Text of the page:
Blame-shifting is a common occurrence. When problems occur in a company or corporation, it is not uncommon to see people shirking responsibility and making excuses for non-performance. Some may even proceed to sue others in order to distract others from their failings. Others find excuses or blame their colleagues when things go wrong. There is also a joke of how “the dog ate the homework” when students do not hand in their assignments on time. Excuses, excuses, excuses . . .

This trait of shirking personal responsibility can be traced back to our first parents—Adam and Eve. When the LORD questioned Adam whether he had eaten of the forbidden fruit, he blamed Eve for giving him the fruit. However, Adam could have rejected the fruit even if his wife had presented it to him. As for Eve, she too blamed the serpent for beguiling her, even though God’s command to not eat of the fruit was explicit in Genesis 2:15-17. Adam and Eve had no excuses, but still chose to shift the blame to others.

This act of blame-shifting soon continued after the fall of man. When Cain’s sacrifice was rejected, he retorted, “Am I my brother’s keeper?” (Genesis 4:9). Cain was shirking his personal responsibility for looking out for his younger brother. He was also declaring that Abel was responsible for his own safety. If Abel died, it was Abel’s fault.

Aaron was another who was guilty of blame-shifting. When the people pleaded Aaron to make the golden calf as a representation of “Elohim” (God), Aaron personally commanded the people to break off their golden earrings and bring them to him. He then personally fashioned the golden calf with a graving tool and presented it before the people. Yet when he was confronted by Moses for his sin, Aaron blamed the people: “And Aaron said, Let not the anger of my lord wax hot: thou knowest the people, that they are set on mischief. 23 For they said unto me, Make us gods, which shall go before us: for as for this Moses, the man that brought us up out of the land of Egypt, we wot not what is become of him. 24 And I said unto them, Whosoever hath any gold, let them break it off. So they gave it me: then I cast it into the fire, and there came out this calf.” (Exodus 32:22-24)

The ultimate blame-master, however, would have to be king Saul, the man after his own heart. The first incident of finger-pointing can be seen in 1 Samuel 13. Samuel had ordered Saul to wait for him to arrive so that Samuel may offer sacrifices unto God. However, when Samuel was late, Saul took it upon himself to offer the sacrifices. This was the duty of the priest and not of the king. By offering the sacrifices, Saul had transgressed the law of God. However, when he was confronted, he blamed:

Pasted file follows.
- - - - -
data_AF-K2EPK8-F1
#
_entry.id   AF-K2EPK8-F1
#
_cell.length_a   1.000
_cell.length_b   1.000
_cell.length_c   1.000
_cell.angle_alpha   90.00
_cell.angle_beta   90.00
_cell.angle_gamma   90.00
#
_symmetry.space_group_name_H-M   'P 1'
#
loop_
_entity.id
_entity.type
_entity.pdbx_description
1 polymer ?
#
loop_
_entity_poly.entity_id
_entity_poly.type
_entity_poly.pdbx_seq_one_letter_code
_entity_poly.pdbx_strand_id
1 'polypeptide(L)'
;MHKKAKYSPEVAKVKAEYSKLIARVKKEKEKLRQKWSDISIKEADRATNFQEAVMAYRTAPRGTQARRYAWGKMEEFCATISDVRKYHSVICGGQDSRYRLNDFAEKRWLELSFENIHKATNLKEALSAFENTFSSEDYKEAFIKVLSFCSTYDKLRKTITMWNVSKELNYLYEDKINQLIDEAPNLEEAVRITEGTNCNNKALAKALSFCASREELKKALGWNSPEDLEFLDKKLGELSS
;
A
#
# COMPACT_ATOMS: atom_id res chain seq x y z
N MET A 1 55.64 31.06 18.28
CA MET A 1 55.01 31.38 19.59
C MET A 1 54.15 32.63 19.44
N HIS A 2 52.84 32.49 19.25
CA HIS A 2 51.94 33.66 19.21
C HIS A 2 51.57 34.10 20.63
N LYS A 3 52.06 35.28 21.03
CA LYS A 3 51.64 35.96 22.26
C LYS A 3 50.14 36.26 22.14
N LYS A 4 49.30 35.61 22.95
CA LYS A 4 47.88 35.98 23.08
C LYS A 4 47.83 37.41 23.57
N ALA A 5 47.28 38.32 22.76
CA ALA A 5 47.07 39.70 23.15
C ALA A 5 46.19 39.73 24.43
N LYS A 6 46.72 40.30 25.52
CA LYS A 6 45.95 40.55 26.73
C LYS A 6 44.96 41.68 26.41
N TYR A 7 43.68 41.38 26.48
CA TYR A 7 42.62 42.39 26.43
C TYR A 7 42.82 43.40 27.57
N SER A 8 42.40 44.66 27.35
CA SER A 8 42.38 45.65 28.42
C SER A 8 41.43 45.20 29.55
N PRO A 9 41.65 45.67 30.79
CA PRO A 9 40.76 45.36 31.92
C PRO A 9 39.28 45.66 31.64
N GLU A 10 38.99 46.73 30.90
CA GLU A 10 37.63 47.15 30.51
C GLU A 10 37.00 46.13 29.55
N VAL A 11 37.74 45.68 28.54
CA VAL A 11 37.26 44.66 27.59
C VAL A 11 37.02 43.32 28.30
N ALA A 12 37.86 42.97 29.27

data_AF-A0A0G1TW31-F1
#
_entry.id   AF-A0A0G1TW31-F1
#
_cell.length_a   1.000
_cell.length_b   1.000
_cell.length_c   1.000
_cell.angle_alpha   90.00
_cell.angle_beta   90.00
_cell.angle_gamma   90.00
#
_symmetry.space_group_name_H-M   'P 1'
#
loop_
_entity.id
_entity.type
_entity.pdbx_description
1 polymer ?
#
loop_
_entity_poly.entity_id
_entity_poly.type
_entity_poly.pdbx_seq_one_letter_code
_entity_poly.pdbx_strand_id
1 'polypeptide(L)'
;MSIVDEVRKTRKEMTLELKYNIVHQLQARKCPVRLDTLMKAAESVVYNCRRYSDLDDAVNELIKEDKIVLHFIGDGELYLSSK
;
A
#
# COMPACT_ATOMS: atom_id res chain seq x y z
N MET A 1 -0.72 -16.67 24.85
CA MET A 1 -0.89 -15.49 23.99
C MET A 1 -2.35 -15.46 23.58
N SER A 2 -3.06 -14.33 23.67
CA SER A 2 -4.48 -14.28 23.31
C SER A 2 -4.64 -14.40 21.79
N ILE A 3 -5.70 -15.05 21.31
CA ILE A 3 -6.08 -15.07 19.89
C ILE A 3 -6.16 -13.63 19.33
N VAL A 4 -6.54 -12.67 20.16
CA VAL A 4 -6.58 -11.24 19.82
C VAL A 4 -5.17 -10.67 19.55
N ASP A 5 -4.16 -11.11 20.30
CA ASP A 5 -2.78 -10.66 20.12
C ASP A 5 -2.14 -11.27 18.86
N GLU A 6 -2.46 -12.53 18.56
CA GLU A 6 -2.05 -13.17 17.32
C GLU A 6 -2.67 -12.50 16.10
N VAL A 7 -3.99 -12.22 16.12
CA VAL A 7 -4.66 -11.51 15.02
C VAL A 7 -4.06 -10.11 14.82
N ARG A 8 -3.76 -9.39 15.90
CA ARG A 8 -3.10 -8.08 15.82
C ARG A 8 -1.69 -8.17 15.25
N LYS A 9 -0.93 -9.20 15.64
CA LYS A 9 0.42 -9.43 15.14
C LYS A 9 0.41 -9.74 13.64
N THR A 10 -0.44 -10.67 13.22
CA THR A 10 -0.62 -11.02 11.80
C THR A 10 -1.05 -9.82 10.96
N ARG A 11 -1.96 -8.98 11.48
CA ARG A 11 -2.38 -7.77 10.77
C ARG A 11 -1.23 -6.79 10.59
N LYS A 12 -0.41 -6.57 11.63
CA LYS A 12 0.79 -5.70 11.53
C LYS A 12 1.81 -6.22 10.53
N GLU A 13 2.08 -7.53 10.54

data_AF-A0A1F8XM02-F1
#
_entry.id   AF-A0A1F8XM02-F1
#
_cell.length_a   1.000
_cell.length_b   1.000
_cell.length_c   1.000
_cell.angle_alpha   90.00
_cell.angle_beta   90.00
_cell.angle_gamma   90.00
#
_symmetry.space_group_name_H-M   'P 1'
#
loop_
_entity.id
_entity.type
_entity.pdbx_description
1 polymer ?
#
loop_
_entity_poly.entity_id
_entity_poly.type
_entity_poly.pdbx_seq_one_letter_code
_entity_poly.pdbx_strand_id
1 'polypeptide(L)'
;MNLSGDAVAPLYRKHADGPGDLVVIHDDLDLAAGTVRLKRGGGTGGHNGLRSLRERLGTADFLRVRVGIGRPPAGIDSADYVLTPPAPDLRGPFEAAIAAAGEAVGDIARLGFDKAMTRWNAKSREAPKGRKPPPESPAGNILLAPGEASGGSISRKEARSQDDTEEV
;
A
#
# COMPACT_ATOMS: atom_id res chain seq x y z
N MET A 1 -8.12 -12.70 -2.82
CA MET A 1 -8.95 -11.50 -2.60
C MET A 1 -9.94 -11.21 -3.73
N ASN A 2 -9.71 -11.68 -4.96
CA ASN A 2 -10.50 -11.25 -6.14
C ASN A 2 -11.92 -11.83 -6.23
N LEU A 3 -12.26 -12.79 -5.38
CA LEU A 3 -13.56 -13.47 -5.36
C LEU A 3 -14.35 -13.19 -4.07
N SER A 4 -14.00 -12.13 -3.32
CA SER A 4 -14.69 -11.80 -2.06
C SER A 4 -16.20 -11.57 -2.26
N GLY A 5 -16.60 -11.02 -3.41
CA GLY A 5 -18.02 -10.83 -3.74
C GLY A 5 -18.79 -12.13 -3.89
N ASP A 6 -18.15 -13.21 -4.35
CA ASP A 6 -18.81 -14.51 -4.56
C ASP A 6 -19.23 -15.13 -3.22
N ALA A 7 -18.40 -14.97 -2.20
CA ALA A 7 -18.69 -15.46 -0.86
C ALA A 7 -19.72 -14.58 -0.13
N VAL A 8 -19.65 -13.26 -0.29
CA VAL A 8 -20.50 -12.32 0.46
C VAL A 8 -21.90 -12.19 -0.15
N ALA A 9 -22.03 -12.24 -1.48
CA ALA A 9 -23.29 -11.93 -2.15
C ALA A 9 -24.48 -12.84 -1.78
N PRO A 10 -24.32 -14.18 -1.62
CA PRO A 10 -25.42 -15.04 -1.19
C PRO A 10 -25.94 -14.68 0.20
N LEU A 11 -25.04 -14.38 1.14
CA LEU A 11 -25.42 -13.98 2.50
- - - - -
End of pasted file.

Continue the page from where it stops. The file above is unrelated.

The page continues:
• the people. “Because I saw the people were scattered from me.” (1 Samuel 13:11)
  • Samuel. “. . . thou camest not within the time appointed.” (1 Samuel 13:11)
  • the Philistines. “. . . The Philistines will come down now upon me to Gilgal.” (1 Samuel 13:12)

He then portrayed himself as a victim of the circumstances – “. . . I forced myself therefore, and offered a burnt offering.”

The second incident of blame-shifting is found in 1 Samuel 15. Here, God commanded Saul to “utterly destroy” all the Amalekites and their possessions (1 Samuel 15:2-3), but Saul spared Agag the king and the best of the sheep and the oxen. This time, he blamed the people twice for sparing the sheep (1 Samuel 15:15, 21) and shirking personal responsibility. He even tried to portray himself as a man of good and noble intentions, proclaiming his desire to sacrifice the oxen and sheep to the Lord (1 Samuel 15:15). It was everybody’s fault but his!

On the other hand, we have the counter-example of king David, the man after God’s own heart. When Nathan confronted David with his sin of murdering Uriah and committing adultery with Bathsheba, David readily confessed, “I have sinned against the LORD.” His expression of true repentance can be seen in Psalm 51. “Have mercy upon me, O God, according to thy lovingkindness: according unto the multitude of thy tender mercies blot out my transgressions. 2 Wash me throughly from mine iniquity, and cleanse me from my sin. 3 For I acknowledge my transgressions: and my sin is ever before me. 4 Against thee, thee only, have I sinned, and done this evil in thy sight: that thou mightest be justified when thou speakest, and be clear when thou judgest.” (Psalm 51:1-4) Unlike Saul, there was no blame-shifting.

Dear reader, as Christians, we are to be men after God’s own heart. We must follow the example of king David and not king Saul. When we sin against the LORD, we must quickly repent and not find excuses for our sin. We must not blame others for our wrong-doing. We must also be ready to accept the consequences of our sin. It is only when we do so that our fellowship with God can be restored.

“If we confess our sins, he is faithful and just to forgive us our sins, and to cleanse us from all unrighteousness.”
1 John 1:9

No finger-pointing. No blame-shifting. No excuses. Amen.

Lovingly in Christ,
Preacher Clement Chew